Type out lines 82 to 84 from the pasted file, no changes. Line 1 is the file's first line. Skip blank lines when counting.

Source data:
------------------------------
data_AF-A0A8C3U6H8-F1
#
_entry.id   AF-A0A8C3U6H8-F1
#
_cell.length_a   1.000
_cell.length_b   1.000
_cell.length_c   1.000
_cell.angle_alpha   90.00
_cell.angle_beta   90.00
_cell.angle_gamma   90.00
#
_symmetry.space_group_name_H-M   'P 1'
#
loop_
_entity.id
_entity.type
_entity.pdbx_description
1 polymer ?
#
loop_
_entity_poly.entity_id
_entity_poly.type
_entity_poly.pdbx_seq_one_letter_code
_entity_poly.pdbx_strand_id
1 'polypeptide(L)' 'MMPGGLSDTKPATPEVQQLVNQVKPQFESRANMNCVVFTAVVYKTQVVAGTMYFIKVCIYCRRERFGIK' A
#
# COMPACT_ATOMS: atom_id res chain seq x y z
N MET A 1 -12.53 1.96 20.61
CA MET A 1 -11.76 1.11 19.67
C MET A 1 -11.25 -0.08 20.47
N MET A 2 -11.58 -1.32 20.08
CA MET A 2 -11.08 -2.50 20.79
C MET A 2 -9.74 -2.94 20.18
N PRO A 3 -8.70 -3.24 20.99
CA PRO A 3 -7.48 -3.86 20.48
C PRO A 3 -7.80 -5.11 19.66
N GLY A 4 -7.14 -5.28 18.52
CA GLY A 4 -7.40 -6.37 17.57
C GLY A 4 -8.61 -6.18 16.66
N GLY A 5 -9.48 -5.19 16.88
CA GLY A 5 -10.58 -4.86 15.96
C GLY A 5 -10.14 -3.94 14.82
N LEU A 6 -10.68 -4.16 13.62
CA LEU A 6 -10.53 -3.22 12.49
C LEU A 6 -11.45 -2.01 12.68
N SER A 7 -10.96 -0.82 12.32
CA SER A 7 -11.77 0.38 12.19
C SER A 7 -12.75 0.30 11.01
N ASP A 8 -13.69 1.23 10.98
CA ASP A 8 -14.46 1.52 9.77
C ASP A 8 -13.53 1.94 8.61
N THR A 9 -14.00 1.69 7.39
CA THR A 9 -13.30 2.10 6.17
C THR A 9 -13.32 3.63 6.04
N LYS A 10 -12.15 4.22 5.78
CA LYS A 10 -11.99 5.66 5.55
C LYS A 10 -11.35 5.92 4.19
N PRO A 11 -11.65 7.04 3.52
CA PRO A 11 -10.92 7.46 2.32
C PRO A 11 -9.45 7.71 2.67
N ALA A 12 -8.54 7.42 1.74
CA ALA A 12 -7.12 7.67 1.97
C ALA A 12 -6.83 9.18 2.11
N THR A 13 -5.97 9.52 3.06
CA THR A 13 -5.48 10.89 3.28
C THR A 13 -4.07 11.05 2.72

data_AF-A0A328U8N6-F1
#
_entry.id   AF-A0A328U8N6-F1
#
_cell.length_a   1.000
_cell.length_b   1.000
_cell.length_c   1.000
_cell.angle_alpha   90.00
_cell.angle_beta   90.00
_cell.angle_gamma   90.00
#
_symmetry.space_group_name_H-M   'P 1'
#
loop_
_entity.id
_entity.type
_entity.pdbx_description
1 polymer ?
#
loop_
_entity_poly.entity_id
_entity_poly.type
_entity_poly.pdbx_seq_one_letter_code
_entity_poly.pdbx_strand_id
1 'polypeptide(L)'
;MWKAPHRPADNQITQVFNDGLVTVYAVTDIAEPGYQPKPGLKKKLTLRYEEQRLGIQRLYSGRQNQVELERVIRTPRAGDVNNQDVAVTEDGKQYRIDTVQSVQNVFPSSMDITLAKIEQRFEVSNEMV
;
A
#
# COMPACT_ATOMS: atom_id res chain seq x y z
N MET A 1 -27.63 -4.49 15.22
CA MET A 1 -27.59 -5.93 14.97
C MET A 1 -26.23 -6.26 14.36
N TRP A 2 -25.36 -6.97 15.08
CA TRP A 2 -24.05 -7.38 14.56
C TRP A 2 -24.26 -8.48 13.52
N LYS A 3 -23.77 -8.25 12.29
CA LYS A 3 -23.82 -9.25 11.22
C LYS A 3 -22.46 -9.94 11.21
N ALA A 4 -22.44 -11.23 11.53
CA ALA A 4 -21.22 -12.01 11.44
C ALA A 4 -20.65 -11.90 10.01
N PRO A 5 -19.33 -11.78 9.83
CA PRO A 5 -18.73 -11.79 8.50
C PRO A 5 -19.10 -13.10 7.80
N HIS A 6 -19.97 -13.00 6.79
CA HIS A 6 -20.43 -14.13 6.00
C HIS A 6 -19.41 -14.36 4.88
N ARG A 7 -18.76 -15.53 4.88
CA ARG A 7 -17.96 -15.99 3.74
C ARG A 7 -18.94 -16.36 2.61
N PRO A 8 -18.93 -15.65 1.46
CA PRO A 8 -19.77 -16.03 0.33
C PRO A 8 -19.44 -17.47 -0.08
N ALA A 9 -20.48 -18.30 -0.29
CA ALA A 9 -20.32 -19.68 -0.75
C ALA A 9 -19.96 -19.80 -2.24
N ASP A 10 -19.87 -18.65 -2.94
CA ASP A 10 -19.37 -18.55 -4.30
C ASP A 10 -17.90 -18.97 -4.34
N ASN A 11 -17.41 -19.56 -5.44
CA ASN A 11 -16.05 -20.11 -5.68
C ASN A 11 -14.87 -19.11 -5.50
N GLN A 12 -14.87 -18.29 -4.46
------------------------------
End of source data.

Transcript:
_entity.type
_entity.pdbx_description
1 polymer ?